Also I would like to verify my understating of the relationship between taskDuration and segmentGranularity, if for example the segmentGranularity is 1H and the taskDuration is 15 minutes, is that mean that kafka indexer would create 4 segments for that 1H time interval ?

Regarding re-indexing, if from particular reasons I would like to re-index (once a day) the generated segments by the kafka indexer with batch-hadoop index task, would Druid delete those 4 segment files (for 1H interval) and would use the new single segment file generated by the batch-hadoop index task ?

Thanks,

Hey Igor,

Yes that’s correct - the events ingested by the Kafka indexing task are available for queries shortly after being read from Kafka and you don’t need to wait for them to be handed off to the historical nodes.

Regarding the relationship between taskDuration and segmentGranularity, 4 segments is the theoretical minimum for your example, but in practice you’ll always generate more segments than this. The related reason for this is that taskDuration and
segmentGranularity are not aligned on the same time boundaries, i.e. segmentGranularity of 1H will generate segments from say 12:00:00-1:00:00, 1:00:00-2:00:00, but taskDuration 1H will run for 1H starting from when the task is created, so for example 12:01:00-1:01:00.
There’s some discussion on this here: http://druid.io/docs/0.10.0/development/extensions-core/kafka-ingestion.html#on-the-subject-of-segments

Typically,
the Kafka indexing service generates a large number of segments, so I’d
recommend setting taskDuration to something higher than 15 minutes (somewhere between 1 and 4 hours is probably a good starting point). As mentioned in the above link, having a daily re-indexing job is also a good idea, which leads to your third question…

The segments generated by the batch indexing job run later on will have a higher version number than those generated by the Kafka indexing tasks and will
overshadow them, meaning that historicals will load this newer version and will use it to serve queries. The previous segments generated by the
Kafka indexing tasks will still remain in deep storage until they are deleted using a coordinator kill command, or alternatively you can enable automatic killing of unused segments. See: druid.coordinator.kill.on and related properties here: http://druid.io/docs/0.10.0/configuration/coordinator.html

One
thing to keep in mind - to keep things moving as smoothly as possible, it’s best to have batch jobs and realtime jobs working on different sections of the timeline; in other words, the daily batch job should operate on intervals that the Kafka indexing tasks are no longer seeing events for. Otherwise, the batch jobs and the realtime jobs will be trying to acquire locks for the same time ranges and will be blocking one another.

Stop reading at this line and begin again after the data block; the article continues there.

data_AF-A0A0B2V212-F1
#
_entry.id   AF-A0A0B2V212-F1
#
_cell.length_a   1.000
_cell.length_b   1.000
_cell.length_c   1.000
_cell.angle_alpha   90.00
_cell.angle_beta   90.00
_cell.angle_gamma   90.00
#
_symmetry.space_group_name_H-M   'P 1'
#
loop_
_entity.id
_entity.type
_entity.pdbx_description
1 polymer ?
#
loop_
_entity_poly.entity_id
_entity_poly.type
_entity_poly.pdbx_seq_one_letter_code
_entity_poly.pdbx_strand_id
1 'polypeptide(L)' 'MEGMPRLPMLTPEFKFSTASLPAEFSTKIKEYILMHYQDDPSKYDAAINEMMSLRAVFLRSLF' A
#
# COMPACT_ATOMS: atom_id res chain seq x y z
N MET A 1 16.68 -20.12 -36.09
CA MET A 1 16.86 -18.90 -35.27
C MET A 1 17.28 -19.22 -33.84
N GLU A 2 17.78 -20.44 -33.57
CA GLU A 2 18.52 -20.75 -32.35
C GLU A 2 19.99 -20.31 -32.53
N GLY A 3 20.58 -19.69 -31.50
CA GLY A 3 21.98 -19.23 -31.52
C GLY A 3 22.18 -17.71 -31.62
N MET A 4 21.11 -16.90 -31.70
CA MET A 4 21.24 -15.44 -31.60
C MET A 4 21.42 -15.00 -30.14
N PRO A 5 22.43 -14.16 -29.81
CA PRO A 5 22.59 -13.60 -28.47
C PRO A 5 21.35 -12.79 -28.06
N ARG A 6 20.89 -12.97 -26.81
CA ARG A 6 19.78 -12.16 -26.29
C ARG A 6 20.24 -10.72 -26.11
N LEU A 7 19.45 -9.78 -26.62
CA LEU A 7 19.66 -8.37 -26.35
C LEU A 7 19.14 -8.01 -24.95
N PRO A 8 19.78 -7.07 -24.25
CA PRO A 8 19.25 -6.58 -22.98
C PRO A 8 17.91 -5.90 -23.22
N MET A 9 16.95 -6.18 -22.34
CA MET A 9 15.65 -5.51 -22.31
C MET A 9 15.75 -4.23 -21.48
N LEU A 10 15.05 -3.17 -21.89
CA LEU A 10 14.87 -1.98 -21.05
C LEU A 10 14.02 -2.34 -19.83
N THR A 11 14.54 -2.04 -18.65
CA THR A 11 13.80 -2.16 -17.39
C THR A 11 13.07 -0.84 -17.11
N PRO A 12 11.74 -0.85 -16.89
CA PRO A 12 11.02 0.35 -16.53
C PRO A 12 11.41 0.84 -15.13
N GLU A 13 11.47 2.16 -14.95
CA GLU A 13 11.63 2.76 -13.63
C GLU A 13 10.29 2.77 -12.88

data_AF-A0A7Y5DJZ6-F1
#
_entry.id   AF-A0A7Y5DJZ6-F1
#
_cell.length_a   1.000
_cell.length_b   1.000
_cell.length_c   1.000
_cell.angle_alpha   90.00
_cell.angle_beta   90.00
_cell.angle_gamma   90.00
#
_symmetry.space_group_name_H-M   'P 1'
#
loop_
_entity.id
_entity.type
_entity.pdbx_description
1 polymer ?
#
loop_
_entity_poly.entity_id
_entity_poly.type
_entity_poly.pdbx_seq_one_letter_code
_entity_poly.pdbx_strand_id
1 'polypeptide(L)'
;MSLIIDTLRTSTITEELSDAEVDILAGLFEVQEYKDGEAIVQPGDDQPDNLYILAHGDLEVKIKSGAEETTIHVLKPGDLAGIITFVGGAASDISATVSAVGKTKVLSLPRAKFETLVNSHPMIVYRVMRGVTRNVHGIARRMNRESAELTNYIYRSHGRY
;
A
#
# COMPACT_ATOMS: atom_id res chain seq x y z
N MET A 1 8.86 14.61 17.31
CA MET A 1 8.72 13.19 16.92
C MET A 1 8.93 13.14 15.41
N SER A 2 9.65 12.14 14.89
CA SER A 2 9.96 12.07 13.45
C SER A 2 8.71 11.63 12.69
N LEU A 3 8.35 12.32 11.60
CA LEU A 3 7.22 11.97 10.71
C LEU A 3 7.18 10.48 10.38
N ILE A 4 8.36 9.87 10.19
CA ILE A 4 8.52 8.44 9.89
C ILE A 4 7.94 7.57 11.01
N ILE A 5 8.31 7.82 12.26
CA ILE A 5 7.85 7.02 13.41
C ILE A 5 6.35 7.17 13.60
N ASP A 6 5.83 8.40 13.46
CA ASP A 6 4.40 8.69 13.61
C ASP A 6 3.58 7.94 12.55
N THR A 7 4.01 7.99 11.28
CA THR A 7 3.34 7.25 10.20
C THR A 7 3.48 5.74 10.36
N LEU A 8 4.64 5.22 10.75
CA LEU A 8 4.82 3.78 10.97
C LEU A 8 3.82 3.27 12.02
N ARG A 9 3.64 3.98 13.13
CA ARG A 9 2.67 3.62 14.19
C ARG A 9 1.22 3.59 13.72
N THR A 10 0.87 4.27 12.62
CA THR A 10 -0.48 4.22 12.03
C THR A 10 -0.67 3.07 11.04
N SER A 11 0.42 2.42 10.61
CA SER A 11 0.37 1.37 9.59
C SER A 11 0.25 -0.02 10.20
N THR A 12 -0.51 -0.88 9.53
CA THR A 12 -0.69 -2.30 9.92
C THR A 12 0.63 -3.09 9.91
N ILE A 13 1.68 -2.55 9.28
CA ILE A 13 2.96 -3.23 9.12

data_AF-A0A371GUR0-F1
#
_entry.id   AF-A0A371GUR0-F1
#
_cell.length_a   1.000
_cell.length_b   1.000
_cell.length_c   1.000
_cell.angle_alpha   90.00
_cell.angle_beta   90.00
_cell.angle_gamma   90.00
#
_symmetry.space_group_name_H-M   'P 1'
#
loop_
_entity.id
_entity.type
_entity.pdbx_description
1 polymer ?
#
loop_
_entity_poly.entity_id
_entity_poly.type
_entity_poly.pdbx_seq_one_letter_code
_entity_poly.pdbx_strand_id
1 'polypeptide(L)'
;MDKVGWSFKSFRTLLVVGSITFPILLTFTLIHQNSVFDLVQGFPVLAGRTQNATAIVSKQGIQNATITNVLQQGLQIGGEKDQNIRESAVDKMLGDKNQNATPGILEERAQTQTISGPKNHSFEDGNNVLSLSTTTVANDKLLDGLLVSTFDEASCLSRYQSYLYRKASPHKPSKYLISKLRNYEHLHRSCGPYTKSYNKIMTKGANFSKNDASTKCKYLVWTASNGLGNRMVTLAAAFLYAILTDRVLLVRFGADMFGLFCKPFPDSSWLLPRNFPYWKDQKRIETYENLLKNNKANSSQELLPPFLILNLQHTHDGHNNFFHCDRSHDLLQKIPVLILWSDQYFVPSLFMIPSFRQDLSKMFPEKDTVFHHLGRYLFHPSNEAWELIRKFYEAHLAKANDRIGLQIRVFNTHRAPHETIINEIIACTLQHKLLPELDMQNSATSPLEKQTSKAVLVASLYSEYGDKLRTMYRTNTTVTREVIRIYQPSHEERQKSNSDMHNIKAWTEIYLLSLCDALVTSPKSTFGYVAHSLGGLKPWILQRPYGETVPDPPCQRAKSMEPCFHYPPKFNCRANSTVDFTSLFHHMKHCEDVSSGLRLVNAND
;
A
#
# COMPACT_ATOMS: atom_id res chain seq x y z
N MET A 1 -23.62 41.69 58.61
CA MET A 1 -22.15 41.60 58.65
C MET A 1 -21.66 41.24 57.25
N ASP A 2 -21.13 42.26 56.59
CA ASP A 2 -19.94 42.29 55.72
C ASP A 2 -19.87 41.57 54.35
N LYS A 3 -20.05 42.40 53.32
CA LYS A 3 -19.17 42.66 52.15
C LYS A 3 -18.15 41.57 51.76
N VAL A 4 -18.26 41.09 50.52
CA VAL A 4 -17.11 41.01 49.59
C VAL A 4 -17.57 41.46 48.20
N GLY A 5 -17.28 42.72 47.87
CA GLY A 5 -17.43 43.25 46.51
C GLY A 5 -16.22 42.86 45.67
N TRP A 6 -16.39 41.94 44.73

Hope this helps,
David

Thanks David, that helps indeed.

So I guess the broker, via zoo-keeper would be also aware about segments which created by the kafka indexer and which are still located on the middle managers until they would be handed-off to the historical nodes ? if so, then in the kafka indexer case, the middle managers not only responsible for executing index tasks, but also responsible querying segments ?

I would like also to ask regarding the following use case (with kafka indexer):

I thought to create with Druid help some “urgent feature” for products.

I would like to show for each product how much unique users are currently viewing that product (currently could be for example in last 10 minutes).

My idea is to have segments with 1 Hour granularity, 1 Minute query granularity, and hyperLogLog aggregator (in index time) on the user id field, for each product id. Then I could query that data source in order to ask how much unique visitors were looking on the specific product in the last 10 minutes.

I guess that these 1H segments could be discarded quite fast and I dont have really the need to keep them for long time.

I would be happy to hear your thought regarding such use case.

  • in such case I am not sure if it even worth to handoff those segments to historical nodes, is there someway to tell kafka indexer no to load the segments to deep storage ? is there a way to specify discard strategy for segments that still were not handed-off ?

Thanks,

Hey Igor,

Yes, you are mostly correct, but it’s the indexing tasks themselves that announce their presence and segments to Zookeeper and respond to query requests from the broker. The middle manager is just responsible for spawning indexing tasks (we refer to the processes as ‘peons’) and isn’t involved in the query or ingestion paths directly.

Your proposal sounds good to me and is something that Druid is well suited for. In terms of immediately discarding segments, Druid isn’t really set up for that use case and you can’t prevent the indexing tasks from pushing segments to deep storage in a clean way. If you don’t need the segments, I recommend letting them be handed off to historicals and then setting an aggressive drop rule (http://druid.io/docs/latest/operations/rule-configuration.html) to drop the segments within a few hours. You can combine this with druid.coordinator.kill.on and related properties to have the segments removed from deep storage as well, see: http://druid.io/docs/latest/configuration/coordinator.html)

Hope this helps,
David